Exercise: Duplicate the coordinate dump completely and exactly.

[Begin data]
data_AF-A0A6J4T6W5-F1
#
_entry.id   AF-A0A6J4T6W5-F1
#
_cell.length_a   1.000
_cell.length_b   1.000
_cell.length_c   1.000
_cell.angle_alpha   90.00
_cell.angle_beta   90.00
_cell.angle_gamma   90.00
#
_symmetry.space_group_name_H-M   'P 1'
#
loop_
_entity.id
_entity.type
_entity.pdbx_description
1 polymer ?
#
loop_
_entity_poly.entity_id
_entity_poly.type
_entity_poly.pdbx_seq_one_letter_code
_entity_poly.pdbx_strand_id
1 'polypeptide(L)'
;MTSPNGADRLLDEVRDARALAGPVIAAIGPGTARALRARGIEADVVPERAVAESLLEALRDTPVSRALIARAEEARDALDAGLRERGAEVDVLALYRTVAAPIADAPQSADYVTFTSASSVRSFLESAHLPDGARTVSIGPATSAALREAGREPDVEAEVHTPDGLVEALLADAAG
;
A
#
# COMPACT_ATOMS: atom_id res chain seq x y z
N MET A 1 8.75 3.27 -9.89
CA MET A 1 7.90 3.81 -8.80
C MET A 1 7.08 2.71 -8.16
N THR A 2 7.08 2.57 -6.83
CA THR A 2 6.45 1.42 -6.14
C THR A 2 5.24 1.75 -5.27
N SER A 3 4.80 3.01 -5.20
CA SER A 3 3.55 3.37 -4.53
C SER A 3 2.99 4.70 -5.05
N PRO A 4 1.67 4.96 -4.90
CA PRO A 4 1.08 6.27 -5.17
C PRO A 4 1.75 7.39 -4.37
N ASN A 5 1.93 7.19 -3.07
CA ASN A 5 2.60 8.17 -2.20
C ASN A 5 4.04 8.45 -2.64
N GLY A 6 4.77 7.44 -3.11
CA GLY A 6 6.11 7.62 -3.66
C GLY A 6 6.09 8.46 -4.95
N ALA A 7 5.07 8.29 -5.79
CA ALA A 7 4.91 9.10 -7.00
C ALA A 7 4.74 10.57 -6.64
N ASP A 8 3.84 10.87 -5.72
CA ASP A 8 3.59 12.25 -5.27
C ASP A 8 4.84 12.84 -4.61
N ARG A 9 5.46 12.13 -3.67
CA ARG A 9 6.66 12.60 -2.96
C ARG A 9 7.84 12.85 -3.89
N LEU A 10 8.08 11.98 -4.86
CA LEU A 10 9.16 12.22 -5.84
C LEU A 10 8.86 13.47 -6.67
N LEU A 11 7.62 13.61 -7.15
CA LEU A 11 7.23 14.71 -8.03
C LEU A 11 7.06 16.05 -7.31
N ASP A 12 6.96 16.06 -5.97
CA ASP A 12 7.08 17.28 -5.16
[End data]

data_AF-A0A6J4T6W5-F1
#
_entry.id   AF-A0A6J4T6W5-F1
#
_cell.length_a   1.000
_cell.length_b   1.000
_cell.length_c   1.000
_cell.angle_alpha   90.00
_cell.angle_beta   90.00
_cell.angle_gamma   90.00
#
_symmetry.space_group_name_H-M   'P 1'
#
loop_
_entity.id
_entity.type
_entity.pdbx_description
1 polymer ?
#
loop_
_entity_poly.entity_id
_entity_poly.type
_entity_poly.pdbx_seq_one_letter_code
_entity_poly.pdbx_strand_id
1 'polypeptide(L)'
;MTSPNGADRLLDEVRDARALAGPVIAAIGPGTARALRARGIEADVVPERAVAESLLEALRDTPVSRALIARAEEARDALDAGLRERGAEVDVLALYRTVAAPIADAPQSADYVTFTSASSVRSFLESAHLPDGARTVSIGPATSAALREAGREPDVEAEVHTPDGLVEALLADAAG
;
A
#
# COMPACT_ATOMS: atom_id res chain seq x y z
N MET A 1 8.75 3.27 -9.89
CA MET A 1 7.90 3.81 -8.80
C MET A 1 7.08 2.71 -8.16
N THR A 2 7.08 2.57 -6.83
CA THR A 2 6.45 1.42 -6.14
C THR A 2 5.24 1.75 -5.27
N SER A 3 4.80 3.01 -5.20
CA SER A 3 3.55 3.37 -4.53
C SER A 3 2.99 4.70 -5.05
N PRO A 4 1.67 4.96 -4.90
CA PRO A 4 1.08 6.27 -5.17
C PRO A 4 1.75 7.39 -4.37
N ASN A 5 1.93 7.19 -3.07
CA ASN A 5 2.60 8.17 -2.20
C ASN A 5 4.04 8.45 -2.64
N GLY A 6 4.77 7.44 -3.11
CA GLY A 6 6.11 7.62 -3.66
C GLY A 6 6.09 8.46 -4.95
N ALA A 7 5.07 8.29 -5.79
CA ALA A 7 4.91 9.10 -7.00
C ALA A 7 4.74 10.57 -6.64
N ASP A 8 3.84 10.87 -5.72
CA ASP A 8 3.59 12.25 -5.27
C ASP A 8 4.84 12.84 -4.61
N ARG A 9 5.46 12.13 -3.67
CA ARG A 9 6.66 12.60 -2.96
C ARG A 9 7.84 12.85 -3.89
N LEU A 10 8.08 11.98 -4.86
CA LEU A 10 9.16 12.22 -5.84
C LEU A 10 8.86 13.47 -6.67
N LEU A 11 7.62 13.61 -7.15
CA LEU A 11 7.23 14.71 -8.03
C LEU A 11 7.06 16.05 -7.31
N ASP A 12 6.96 16.06 -5.97
CA ASP A 12 7.08 17.28 -5.16